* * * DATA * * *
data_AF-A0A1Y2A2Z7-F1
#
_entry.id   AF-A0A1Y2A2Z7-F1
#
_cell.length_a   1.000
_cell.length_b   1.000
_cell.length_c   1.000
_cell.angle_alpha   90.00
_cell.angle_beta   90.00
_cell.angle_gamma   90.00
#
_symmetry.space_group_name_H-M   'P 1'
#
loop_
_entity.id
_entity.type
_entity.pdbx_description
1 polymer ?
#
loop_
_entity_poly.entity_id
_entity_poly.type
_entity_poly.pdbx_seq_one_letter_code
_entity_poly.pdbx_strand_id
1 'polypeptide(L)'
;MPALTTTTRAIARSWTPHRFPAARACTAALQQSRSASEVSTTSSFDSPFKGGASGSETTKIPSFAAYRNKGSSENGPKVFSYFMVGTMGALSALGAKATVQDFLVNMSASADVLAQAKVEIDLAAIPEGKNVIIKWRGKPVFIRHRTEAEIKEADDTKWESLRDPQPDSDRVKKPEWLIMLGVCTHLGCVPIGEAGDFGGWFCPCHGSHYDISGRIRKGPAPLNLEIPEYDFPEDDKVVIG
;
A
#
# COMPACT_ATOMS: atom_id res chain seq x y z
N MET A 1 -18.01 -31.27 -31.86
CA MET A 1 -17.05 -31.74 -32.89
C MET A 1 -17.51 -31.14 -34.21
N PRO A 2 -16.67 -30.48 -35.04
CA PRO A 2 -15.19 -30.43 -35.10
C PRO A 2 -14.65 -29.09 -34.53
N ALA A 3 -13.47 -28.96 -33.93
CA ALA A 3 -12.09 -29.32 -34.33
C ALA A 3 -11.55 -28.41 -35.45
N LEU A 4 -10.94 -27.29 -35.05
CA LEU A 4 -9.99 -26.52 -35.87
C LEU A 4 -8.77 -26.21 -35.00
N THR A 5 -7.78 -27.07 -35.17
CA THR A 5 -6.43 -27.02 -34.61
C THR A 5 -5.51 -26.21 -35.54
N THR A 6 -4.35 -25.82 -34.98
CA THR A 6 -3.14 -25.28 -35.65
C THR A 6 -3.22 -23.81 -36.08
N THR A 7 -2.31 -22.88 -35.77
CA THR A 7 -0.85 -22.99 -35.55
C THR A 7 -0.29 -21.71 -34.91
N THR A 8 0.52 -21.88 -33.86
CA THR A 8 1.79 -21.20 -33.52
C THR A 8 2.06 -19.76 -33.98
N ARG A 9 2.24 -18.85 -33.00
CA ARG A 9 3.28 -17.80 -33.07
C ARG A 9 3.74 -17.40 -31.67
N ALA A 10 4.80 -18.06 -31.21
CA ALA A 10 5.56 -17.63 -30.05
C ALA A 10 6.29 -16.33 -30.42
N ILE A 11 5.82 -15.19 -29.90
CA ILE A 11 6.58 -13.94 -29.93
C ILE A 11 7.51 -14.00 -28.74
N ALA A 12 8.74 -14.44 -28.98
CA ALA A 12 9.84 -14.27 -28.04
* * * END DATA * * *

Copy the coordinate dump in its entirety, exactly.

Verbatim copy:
data_AF-A0A1Y2A2Z7-F1
#
_entry.id   AF-A0A1Y2A2Z7-F1
#
_cell.length_a   1.000
_cell.length_b   1.000
_cell.length_c   1.000
_cell.angle_alpha   90.00
_cell.angle_beta   90.00
_cell.angle_gamma   90.00
#
_symmetry.space_group_name_H-M   'P 1'
#
loop_
_entity.id
_entity.type
_entity.pdbx_description
1 polymer ?
#
loop_
_entity_poly.entity_id
_entity_poly.type
_entity_poly.pdbx_seq_one_letter_code
_entity_poly.pdbx_strand_id
1 'polypeptide(L)'
;MPALTTTTRAIARSWTPHRFPAARACTAALQQSRSASEVSTTSSFDSPFKGGASGSETTKIPSFAAYRNKGSSENGPKVFSYFMVGTMGALSALGAKATVQDFLVNMSASADVLAQAKVEIDLAAIPEGKNVIIKWRGKPVFIRHRTEAEIKEADDTKWESLRDPQPDSDRVKKPEWLIMLGVCTHLGCVPIGEAGDFGGWFCPCHGSHYDISGRIRKGPAPLNLEIPEYDFPEDDKVVIG
;
A
#
# COMPACT_ATOMS: atom_id res chain seq x y z
N MET A 1 -18.01 -31.27 -31.86
CA MET A 1 -17.05 -31.74 -32.89
C MET A 1 -17.51 -31.14 -34.21
N PRO A 2 -16.67 -30.48 -35.04
CA PRO A 2 -15.19 -30.43 -35.10
C PRO A 2 -14.65 -29.09 -34.53
N ALA A 3 -13.47 -28.96 -33.93
CA ALA A 3 -12.09 -29.32 -34.33
C ALA A 3 -11.55 -28.41 -35.45
N LEU A 4 -10.94 -27.29 -35.05
CA LEU A 4 -9.99 -26.52 -35.87
C LEU A 4 -8.77 -26.21 -35.00
N THR A 5 -7.78 -27.07 -35.17
CA THR A 5 -6.43 -27.02 -34.61
C THR A 5 -5.51 -26.21 -35.54
N THR A 6 -4.35 -25.82 -34.98
CA THR A 6 -3.14 -25.28 -35.65
C THR A 6 -3.22 -23.81 -36.08
N THR A 7 -2.31 -22.88 -35.77
CA THR A 7 -0.85 -22.99 -35.55
C THR A 7 -0.29 -21.71 -34.91
N THR A 8 0.52 -21.88 -33.86
CA THR A 8 1.79 -21.20 -33.52
C THR A 8 2.06 -19.76 -33.98
N ARG A 9 2.24 -18.85 -33.00
CA ARG A 9 3.28 -17.80 -33.07
C ARG A 9 3.74 -17.40 -31.67
N ALA A 10 4.80 -18.06 -31.21
CA ALA A 10 5.56 -17.63 -30.05
C ALA A 10 6.29 -16.33 -30.42
N ILE A 11 5.82 -15.19 -29.90
CA ILE A 11 6.58 -13.94 -29.93
C ILE A 11 7.51 -14.00 -28.74
N ALA A 12 8.74 -14.44 -28.98
CA ALA A 12 9.84 -14.27 -28.04